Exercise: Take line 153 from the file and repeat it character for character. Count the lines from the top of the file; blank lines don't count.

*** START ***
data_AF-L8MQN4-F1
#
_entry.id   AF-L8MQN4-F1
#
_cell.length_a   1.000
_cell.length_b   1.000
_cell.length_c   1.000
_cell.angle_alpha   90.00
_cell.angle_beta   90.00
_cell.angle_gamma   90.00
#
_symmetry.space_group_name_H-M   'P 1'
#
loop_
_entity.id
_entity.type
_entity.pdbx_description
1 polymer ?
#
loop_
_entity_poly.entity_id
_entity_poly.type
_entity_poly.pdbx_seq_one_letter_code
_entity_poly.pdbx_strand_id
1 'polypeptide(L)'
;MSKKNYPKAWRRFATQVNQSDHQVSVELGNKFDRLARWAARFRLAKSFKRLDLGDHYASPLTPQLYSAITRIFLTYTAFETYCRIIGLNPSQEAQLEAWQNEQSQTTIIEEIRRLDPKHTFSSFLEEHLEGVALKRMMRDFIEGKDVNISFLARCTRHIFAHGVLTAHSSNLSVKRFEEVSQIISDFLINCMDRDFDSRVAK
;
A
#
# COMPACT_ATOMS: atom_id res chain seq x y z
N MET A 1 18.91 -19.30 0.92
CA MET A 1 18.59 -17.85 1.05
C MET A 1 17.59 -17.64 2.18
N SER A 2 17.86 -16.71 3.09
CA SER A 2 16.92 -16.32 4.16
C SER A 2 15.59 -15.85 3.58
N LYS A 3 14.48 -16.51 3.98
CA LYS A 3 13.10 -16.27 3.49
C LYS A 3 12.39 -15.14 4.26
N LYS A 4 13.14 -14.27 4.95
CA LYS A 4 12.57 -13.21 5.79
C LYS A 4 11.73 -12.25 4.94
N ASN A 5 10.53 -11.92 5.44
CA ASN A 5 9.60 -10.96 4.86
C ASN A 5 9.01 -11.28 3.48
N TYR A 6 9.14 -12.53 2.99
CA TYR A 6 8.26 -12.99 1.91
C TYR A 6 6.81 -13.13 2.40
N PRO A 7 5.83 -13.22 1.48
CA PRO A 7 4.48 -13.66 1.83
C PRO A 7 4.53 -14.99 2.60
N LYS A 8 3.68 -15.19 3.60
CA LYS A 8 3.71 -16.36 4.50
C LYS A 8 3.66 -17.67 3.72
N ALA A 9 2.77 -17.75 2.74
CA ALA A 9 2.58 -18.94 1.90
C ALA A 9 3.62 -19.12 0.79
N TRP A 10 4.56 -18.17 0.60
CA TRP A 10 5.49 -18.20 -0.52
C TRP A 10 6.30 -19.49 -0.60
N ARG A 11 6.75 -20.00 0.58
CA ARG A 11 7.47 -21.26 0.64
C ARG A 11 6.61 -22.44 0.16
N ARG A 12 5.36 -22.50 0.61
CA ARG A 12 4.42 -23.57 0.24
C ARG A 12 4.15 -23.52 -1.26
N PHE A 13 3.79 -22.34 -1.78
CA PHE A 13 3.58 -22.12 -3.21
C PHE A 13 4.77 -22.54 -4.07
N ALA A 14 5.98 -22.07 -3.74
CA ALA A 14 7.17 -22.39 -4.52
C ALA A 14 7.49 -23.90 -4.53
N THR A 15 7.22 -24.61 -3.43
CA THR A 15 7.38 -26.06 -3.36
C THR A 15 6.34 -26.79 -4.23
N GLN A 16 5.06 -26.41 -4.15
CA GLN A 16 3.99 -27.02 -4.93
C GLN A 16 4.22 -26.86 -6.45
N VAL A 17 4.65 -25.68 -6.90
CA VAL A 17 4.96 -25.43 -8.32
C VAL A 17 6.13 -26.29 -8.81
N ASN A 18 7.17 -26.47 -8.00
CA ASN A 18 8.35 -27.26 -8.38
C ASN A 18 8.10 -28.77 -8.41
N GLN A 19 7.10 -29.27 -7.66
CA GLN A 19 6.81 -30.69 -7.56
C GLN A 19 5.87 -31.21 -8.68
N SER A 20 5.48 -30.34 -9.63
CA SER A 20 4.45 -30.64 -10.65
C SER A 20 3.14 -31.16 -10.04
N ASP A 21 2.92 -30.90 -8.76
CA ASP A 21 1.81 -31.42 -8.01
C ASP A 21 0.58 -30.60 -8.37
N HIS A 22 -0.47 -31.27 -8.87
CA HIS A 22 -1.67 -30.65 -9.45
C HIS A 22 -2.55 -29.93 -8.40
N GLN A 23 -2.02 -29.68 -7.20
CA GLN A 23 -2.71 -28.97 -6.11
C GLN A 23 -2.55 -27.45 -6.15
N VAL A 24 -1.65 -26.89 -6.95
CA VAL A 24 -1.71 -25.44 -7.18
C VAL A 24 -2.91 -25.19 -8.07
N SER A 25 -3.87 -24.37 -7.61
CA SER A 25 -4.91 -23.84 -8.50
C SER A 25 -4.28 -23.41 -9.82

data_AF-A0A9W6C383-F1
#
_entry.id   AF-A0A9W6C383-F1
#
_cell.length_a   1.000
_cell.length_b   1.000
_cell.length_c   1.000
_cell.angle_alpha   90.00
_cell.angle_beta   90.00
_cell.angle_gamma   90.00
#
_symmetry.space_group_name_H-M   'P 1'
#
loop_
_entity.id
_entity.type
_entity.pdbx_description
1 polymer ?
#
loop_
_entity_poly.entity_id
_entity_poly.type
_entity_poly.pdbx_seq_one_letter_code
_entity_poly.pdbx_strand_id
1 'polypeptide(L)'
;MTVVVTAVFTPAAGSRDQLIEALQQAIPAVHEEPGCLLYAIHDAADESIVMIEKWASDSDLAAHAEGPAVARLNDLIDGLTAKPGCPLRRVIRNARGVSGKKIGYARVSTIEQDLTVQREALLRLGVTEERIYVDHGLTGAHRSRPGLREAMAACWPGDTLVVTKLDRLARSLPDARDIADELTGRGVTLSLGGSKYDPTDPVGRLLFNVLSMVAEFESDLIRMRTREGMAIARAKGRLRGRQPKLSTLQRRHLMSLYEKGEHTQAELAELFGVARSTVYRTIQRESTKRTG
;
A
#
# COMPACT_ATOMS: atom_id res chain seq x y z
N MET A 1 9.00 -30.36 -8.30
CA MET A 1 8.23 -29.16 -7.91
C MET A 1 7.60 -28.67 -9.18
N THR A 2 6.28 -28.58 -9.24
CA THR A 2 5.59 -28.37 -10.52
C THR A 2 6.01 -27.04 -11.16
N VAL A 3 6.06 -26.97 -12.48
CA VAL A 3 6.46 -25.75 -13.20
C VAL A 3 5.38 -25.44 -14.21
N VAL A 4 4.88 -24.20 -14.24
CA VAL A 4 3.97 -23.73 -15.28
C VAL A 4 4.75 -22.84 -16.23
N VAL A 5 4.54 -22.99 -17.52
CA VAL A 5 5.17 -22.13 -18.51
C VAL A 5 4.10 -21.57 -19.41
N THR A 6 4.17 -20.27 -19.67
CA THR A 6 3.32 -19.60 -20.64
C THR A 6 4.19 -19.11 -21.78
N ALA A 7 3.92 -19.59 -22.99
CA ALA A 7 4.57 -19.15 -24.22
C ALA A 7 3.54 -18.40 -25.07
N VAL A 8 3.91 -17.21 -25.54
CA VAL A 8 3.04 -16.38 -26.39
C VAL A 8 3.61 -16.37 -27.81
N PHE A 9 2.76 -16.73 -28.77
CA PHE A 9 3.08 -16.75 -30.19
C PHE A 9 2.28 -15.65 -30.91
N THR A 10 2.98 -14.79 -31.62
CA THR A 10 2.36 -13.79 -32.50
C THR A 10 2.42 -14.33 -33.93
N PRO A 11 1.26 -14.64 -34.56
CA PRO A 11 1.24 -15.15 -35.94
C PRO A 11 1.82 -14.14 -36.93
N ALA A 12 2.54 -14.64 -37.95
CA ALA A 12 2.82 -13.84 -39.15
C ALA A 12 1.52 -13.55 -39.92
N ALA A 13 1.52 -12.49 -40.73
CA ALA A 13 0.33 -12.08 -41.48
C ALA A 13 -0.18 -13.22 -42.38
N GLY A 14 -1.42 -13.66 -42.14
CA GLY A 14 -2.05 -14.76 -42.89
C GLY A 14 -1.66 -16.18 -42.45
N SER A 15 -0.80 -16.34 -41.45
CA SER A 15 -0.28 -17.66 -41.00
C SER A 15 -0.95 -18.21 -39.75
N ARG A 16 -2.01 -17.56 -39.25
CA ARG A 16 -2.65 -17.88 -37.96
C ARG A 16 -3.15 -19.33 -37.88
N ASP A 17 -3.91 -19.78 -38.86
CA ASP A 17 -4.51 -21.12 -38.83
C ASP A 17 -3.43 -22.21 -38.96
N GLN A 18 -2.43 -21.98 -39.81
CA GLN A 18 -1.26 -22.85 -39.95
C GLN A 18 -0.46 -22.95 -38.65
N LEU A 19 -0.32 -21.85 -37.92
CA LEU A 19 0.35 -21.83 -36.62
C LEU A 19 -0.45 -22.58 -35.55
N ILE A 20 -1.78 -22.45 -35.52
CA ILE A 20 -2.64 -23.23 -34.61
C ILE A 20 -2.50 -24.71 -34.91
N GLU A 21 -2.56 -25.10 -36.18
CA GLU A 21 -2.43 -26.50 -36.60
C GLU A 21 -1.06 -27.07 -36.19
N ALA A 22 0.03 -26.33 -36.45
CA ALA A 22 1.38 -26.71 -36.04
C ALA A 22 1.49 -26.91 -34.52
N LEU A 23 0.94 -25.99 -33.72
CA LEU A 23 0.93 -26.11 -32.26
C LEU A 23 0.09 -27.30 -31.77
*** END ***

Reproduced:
C THR A 6 4.19 -19.11 -21.78